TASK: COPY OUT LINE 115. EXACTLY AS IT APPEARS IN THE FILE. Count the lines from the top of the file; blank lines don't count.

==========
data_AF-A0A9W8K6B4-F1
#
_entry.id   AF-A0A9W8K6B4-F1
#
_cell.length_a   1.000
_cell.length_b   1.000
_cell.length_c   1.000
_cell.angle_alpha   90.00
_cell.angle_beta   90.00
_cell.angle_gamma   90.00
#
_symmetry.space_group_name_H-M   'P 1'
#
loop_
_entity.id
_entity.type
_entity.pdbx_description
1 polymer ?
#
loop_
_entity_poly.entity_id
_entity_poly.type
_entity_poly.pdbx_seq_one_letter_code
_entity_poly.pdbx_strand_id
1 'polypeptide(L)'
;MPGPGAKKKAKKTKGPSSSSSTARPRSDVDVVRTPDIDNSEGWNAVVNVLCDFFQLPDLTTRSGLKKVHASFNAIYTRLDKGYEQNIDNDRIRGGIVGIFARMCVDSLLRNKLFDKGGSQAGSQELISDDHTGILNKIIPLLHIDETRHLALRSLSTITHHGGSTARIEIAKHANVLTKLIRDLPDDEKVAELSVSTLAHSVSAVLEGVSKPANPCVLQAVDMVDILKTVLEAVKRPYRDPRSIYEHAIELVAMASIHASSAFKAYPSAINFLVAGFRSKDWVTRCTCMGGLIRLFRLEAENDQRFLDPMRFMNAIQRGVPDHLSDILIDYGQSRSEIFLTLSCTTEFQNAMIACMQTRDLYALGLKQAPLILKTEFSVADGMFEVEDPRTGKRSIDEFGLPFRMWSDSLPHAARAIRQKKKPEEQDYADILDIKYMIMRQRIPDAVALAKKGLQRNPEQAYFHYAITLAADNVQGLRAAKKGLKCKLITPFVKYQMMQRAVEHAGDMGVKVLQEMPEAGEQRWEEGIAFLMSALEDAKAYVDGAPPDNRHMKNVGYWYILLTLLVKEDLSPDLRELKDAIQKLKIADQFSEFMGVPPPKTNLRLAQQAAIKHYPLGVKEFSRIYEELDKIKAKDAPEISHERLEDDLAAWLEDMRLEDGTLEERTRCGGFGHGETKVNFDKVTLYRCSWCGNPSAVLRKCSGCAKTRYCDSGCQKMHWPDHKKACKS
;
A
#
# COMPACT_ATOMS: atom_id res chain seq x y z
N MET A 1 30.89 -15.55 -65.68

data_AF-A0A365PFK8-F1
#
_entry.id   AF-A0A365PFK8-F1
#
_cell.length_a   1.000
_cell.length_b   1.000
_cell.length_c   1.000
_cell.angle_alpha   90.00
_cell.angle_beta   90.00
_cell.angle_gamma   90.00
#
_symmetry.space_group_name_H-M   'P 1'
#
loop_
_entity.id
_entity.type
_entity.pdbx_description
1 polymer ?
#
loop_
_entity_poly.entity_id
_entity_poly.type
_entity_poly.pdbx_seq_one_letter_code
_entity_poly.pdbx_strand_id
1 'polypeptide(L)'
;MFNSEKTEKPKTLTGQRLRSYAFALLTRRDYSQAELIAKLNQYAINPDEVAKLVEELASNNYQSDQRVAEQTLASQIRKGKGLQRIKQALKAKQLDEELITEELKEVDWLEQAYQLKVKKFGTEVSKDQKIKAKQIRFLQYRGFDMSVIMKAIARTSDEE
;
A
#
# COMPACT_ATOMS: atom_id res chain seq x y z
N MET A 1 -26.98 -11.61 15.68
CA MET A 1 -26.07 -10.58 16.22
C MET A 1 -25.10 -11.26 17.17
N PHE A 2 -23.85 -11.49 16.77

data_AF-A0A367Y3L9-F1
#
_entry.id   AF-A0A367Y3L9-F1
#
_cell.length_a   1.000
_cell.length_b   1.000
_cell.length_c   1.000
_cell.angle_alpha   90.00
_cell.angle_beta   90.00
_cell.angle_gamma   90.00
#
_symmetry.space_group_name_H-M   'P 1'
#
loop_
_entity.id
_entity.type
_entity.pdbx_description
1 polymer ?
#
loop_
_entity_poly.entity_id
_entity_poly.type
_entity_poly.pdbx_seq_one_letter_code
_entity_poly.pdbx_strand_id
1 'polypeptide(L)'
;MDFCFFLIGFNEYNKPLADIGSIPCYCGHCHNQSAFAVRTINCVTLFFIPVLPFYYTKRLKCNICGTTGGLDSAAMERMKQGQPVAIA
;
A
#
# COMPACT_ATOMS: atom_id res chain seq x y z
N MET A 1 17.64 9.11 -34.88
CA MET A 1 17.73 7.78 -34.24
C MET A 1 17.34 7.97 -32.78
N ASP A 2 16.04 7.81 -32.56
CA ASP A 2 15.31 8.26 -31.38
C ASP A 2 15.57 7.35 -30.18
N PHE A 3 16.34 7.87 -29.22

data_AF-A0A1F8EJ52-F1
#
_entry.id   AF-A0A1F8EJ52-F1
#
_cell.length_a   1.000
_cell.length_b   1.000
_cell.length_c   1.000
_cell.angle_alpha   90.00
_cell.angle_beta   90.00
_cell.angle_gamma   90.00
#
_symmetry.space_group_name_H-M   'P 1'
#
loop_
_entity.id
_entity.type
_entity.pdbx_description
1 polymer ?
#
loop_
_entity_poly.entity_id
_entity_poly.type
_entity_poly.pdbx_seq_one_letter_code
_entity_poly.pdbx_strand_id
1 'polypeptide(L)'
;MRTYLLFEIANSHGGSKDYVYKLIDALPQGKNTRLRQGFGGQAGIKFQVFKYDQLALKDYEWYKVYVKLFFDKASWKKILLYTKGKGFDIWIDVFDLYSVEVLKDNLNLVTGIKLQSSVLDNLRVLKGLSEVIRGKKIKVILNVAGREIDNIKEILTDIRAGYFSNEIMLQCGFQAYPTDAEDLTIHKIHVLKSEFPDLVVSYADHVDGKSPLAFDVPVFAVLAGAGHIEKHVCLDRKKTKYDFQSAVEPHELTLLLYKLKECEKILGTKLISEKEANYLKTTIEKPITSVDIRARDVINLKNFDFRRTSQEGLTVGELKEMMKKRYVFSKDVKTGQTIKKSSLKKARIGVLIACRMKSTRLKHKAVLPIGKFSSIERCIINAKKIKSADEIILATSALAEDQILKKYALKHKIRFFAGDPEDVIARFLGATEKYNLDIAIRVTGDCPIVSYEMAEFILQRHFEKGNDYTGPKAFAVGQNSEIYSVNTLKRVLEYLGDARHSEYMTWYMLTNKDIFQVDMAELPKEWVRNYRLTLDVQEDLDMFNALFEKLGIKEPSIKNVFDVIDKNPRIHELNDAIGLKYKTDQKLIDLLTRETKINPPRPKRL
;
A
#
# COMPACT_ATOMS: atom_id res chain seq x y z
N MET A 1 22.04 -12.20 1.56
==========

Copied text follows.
#